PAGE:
Electricity can account for 30 per cent of costs in power-intensive sectors such as concrete manufacturing, so pricing changes have a major impact on company performance. One view is that the new mechanism will allow power generators and power-hungry firms to form mutually beneficial relationships, with the generators gaining reliable customer and the company keeping electricity costs under control.

Yuan Jiahai, a professor at North China Electric Power University, pointed out that encouraging power-intensive industry via lower power prices will increase pollution rather than aid high-quality economic growth. Zheng Xinye, deputy head of Renmin University’s School of Economics, says it should not be done even when the economy is slowing.

What about renewables?

For years the benchmark coal power tariff has been used as a point of reference for subsidies for the renewables sector. The government sets the price the grid will pay for solar and other renewables in different regions, and the Renewable Energy Development Fund pays a subsidy to offset the difference between that price and the benchmark tariff.

Tao Ye, director of the Renewable Energy Development Centre at the NDRC’s Energy Research Institute, explained that renewables subsidies will remain steady because they will be anchored to the base price, which will not fluctuate much, and won’t float.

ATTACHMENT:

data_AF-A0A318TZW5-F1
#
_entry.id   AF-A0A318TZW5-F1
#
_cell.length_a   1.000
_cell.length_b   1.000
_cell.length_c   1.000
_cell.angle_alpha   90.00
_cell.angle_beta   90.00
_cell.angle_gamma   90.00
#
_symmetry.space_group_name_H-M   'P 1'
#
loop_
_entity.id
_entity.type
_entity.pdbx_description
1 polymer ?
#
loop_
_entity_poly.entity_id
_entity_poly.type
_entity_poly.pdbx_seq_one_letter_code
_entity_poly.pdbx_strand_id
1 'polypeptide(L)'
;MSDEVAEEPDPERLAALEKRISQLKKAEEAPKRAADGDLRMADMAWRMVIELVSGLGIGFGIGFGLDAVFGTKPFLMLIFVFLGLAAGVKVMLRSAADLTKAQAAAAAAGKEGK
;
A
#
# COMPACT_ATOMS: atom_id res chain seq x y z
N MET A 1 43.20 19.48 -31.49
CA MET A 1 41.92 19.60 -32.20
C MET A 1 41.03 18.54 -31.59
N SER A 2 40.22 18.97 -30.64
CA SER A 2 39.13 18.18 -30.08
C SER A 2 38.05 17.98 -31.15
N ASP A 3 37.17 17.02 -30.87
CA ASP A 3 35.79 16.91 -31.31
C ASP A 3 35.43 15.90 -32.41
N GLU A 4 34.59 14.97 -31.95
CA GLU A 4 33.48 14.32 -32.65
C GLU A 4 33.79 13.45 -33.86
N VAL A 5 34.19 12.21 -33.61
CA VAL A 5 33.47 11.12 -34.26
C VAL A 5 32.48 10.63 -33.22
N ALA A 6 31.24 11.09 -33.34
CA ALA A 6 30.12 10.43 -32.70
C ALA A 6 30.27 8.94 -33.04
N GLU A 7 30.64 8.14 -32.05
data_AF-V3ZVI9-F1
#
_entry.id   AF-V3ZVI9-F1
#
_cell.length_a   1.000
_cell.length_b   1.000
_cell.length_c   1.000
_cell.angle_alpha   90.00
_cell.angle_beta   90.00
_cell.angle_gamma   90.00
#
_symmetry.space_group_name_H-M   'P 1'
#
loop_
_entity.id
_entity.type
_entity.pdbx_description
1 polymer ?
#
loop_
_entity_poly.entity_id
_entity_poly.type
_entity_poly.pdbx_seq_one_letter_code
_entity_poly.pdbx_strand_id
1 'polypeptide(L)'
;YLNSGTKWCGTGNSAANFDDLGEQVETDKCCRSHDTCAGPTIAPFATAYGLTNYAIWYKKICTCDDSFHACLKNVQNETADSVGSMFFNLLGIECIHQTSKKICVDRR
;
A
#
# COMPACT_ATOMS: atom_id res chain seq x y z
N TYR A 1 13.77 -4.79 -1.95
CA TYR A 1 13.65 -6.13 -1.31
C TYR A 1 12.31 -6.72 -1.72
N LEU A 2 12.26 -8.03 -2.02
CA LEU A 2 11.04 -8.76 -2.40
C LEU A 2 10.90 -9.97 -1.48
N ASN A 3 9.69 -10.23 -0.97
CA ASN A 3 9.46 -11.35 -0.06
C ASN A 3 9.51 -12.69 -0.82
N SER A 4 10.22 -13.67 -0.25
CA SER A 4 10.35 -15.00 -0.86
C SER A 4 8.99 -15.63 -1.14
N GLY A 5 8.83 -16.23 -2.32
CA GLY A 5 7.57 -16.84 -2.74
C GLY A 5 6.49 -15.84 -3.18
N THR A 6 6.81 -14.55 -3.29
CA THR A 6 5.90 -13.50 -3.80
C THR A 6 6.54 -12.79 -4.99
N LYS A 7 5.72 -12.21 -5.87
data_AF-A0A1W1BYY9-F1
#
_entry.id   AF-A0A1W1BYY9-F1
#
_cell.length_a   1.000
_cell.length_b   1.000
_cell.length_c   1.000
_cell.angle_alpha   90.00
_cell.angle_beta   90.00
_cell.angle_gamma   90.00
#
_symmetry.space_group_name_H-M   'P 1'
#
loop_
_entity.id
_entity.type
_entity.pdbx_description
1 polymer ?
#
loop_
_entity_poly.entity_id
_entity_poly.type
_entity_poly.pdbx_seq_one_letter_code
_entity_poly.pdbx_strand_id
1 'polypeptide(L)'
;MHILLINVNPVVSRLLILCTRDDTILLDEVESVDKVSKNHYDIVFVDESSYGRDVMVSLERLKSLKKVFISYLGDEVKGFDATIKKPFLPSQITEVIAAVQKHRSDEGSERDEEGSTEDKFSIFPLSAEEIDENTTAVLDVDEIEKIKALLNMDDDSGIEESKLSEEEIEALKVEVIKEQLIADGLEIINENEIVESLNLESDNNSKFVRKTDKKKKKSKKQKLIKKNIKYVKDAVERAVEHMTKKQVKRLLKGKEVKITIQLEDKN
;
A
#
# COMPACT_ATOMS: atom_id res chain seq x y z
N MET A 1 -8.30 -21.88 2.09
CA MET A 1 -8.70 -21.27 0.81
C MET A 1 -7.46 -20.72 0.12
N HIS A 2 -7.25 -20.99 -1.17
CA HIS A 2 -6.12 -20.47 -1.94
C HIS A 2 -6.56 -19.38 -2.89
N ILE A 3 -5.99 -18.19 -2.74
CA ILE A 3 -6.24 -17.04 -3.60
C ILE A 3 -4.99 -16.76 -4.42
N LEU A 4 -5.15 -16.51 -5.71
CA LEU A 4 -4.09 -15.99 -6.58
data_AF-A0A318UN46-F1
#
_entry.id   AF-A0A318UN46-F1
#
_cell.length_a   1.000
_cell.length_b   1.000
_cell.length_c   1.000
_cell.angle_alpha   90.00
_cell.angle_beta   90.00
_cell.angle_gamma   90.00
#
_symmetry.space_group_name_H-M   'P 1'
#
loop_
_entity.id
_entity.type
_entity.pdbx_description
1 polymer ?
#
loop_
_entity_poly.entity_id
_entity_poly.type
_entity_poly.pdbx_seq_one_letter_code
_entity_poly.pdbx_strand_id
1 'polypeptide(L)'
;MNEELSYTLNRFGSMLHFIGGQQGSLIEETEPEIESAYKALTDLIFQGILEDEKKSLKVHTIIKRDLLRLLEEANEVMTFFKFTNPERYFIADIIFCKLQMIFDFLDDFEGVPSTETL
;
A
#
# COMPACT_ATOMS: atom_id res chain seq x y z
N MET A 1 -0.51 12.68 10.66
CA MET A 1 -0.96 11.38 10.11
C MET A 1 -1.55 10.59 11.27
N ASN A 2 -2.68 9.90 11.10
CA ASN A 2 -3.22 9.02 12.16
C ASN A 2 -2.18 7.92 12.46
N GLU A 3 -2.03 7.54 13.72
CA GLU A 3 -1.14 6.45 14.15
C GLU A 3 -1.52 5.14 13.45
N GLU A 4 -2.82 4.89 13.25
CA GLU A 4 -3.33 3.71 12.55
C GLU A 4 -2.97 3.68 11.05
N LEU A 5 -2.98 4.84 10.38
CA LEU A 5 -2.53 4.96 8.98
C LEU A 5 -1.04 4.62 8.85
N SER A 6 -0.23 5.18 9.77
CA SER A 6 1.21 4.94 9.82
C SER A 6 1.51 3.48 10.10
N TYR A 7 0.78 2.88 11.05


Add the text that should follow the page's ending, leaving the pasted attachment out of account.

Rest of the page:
“The method for setting the base price will be the same as for the benchmark tariff, and in the near- to mid-term there is no chance of frequent changes or even falls,” he said.

Peng Peng, secretary of the China New Energy and Electricity Investment Alliance, thinks that subsidies alone have a limited impact on renewables. She points to the power surpluses in many provinces that put downward pressure on prices, and whether renewables get priority over other sources when dispatching power to the grid.

But as these reforms are clearly intended to reduce prices, some experts think the renewables sector will also suffer. Li Junfeng, chair of the China Energy Research Society’s renewables committee, thinks doing away with the benchmark tariff will reduce coal power prices and make it harder for renewables to achieve grid parity.

Commenting on these concerns, Tao Ye said that renewable energy firms that have achieved grid parity already benefit from policies, such as the creation of power purchase agreements for at least 20 years, and so do not need to participate in the market. He suggests current preferential policies be maintained during the first years of the 14th Five Year Plan period (2021-25) to ensure a smooth transition.

This story originally published by Chinadialogue under a Creative Commons’ License.